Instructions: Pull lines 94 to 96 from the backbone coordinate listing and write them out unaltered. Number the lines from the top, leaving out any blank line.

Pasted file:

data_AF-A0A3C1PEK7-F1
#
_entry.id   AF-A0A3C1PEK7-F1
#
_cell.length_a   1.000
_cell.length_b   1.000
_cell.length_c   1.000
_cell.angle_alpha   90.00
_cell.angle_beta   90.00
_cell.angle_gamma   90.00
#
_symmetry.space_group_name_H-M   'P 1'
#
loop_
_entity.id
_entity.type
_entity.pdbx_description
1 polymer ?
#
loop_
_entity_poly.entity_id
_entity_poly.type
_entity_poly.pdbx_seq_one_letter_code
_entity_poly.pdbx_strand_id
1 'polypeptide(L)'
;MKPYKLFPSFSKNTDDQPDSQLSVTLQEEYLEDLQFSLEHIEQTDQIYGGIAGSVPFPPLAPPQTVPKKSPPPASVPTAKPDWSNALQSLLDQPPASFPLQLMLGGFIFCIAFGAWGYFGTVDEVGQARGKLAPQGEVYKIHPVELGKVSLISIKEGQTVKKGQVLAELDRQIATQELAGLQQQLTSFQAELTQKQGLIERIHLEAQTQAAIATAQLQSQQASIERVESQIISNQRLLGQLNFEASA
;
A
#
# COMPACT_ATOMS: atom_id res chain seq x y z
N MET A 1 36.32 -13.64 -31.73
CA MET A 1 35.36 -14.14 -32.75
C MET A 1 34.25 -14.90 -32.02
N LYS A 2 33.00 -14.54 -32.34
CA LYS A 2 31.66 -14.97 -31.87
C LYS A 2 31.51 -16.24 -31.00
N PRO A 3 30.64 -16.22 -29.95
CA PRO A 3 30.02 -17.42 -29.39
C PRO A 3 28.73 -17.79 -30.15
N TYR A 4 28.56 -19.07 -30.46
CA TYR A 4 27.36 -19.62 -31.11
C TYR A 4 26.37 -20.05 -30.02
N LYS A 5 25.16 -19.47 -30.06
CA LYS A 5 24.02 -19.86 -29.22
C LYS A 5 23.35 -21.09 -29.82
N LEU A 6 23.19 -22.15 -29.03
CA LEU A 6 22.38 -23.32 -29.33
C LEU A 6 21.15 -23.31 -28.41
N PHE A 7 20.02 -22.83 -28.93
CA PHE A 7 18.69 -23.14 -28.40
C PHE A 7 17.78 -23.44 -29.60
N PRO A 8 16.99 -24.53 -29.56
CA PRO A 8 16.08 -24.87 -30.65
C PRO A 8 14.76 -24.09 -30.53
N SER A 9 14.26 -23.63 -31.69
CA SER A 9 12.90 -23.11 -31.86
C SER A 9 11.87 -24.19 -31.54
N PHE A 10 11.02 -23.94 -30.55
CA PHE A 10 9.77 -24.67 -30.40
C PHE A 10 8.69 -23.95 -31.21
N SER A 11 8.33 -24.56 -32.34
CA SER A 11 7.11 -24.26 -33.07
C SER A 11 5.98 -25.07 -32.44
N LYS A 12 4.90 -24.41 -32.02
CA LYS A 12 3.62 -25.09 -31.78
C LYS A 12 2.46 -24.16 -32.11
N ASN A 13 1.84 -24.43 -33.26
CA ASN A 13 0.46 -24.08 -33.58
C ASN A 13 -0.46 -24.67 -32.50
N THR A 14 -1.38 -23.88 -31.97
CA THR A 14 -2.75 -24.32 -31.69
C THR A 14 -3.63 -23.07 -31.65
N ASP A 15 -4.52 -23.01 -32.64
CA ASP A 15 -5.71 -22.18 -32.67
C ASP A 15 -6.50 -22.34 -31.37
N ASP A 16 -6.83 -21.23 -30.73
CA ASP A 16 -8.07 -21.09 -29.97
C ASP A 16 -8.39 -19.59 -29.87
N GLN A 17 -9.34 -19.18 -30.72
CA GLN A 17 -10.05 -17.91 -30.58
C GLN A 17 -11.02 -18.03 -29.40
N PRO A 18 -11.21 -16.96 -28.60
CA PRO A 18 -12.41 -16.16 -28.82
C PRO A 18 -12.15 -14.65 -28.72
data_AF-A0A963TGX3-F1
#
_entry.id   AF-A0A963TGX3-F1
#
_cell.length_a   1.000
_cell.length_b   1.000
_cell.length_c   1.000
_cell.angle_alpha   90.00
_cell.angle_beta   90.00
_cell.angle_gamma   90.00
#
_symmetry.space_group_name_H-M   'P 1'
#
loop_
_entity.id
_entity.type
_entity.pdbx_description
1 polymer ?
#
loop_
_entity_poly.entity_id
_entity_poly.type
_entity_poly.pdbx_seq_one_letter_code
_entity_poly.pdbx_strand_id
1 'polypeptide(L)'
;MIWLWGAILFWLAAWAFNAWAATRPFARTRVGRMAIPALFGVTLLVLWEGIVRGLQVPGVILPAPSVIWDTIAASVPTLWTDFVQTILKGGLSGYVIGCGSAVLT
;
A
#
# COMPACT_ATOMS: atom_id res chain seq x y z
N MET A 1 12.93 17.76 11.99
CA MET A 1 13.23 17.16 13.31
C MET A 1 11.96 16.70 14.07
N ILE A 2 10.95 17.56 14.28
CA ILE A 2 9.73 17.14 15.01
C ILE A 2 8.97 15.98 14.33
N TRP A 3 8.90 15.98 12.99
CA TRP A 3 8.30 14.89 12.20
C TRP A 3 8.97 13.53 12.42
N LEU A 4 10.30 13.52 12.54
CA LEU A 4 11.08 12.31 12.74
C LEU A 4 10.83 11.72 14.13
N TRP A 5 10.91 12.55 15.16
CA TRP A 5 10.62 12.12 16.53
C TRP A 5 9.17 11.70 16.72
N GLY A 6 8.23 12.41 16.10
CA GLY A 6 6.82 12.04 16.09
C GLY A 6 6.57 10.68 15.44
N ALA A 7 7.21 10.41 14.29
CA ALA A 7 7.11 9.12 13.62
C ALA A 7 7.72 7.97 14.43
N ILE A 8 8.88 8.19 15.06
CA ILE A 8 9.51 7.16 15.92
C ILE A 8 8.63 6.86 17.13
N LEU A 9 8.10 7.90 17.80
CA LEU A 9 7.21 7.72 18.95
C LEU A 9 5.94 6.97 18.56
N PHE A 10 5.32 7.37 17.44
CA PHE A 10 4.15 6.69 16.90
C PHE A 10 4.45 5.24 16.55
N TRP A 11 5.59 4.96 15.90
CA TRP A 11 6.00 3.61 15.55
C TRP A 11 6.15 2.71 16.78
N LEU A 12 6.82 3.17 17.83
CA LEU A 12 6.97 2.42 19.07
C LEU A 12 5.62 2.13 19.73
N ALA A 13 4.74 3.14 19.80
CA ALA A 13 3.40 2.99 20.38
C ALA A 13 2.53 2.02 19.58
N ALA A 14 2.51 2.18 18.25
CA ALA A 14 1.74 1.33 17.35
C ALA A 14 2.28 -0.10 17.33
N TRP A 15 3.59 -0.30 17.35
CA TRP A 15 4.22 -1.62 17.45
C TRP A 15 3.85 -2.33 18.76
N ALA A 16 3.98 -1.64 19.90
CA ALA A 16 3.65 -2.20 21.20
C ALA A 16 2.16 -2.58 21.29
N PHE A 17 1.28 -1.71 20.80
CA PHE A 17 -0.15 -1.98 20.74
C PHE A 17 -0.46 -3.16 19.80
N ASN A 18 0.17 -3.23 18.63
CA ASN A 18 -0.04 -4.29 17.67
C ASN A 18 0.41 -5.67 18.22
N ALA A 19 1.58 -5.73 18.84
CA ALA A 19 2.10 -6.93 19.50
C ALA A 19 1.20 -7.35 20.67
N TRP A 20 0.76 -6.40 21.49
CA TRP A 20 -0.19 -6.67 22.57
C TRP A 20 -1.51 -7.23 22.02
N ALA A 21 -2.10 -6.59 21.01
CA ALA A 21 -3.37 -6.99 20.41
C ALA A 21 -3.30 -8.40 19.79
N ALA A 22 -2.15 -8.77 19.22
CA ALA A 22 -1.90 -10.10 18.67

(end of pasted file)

_cell.angle_gamma   90.00
#
_symmetry.space_group_name_H-M   'P 1'